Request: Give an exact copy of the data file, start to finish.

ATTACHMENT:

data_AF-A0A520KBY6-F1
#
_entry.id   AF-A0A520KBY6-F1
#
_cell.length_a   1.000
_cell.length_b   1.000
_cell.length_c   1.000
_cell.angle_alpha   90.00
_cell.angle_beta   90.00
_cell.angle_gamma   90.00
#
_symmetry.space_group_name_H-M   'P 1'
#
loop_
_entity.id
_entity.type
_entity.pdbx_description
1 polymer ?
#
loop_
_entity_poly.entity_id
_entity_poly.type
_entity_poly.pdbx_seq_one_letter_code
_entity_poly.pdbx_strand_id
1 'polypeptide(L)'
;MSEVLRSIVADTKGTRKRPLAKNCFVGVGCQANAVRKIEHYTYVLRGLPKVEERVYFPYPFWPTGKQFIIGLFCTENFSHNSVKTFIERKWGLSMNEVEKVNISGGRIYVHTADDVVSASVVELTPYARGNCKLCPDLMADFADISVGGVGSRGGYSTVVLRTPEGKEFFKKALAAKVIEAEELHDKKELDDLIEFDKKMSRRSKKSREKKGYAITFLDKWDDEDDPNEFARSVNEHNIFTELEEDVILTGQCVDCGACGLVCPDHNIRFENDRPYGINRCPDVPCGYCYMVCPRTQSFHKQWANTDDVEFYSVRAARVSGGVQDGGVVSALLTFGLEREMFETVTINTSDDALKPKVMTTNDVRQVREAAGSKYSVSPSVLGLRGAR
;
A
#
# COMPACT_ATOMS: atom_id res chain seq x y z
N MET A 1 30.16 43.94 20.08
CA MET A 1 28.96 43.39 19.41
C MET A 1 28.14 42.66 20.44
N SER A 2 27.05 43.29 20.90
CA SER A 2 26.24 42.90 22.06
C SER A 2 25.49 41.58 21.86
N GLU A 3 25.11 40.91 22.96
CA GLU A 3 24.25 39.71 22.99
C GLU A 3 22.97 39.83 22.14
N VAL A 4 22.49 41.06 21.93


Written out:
data_AF-A0A520KBY6-F1
#
_entry.id   AF-A0A520KBY6-F1
#
_cell.length_a   1.000
_cell.length_b   1.000
_cell.length_c   1.000
_cell.angle_alpha   90.00
_cell.angle_beta   90.00
_cell.angle_gamma   90.00
#
_symmetry.space_group_name_H-M   'P 1'
#
loop_
_entity.id
_entity.type
_entity.pdbx_description
1 polymer ?
#
loop_
_entity_poly.entity_id
_entity_poly.type
_entity_poly.pdbx_seq_one_letter_code
_entity_poly.pdbx_strand_id
1 'polypeptide(L)'
;MSEVLRSIVADTKGTRKRPLAKNCFVGVGCQANAVRKIEHYTYVLRGLPKVEERVYFPYPFWPTGKQFIIGLFCTENFSHNSVKTFIERKWGLSMNEVEKVNISGGRIYVHTADDVVSASVVELTPYARGNCKLCPDLMADFADISVGGVGSRGGYSTVVLRTPEGKEFFKKALAAKVIEAEELHDKKELDDLIEFDKKMSRRSKKSREKKGYAITFLDKWDDEDDPNEFARSVNEHNIFTELEEDVILTGQCVDCGACGLVCPDHNIRFENDRPYGINRCPDVPCGYCYMVCPRTQSFHKQWANTDDVEFYSVRAARVSGGVQDGGVVSALLTFGLEREMFETVTINTSDDALKPKVMTTNDVRQVREAAGSKYSVSPSVLGLRGAR
;
A
#
# COMPACT_ATOMS: atom_id res chain seq x y z
N MET A 1 30.16 43.94 20.08
CA MET A 1 28.96 43.39 19.41
C MET A 1 28.14 42.66 20.44
N SER A 2 27.05 43.29 20.90
CA SER A 2 26.24 42.90 22.06
C SER A 2 25.49 41.58 21.86
N GLU A 3 25.11 40.91 22.96
CA GLU A 3 24.25 39.71 22.99
C GLU A 3 22.97 39.83 22.14
N VAL A 4 22.49 41.06 21.93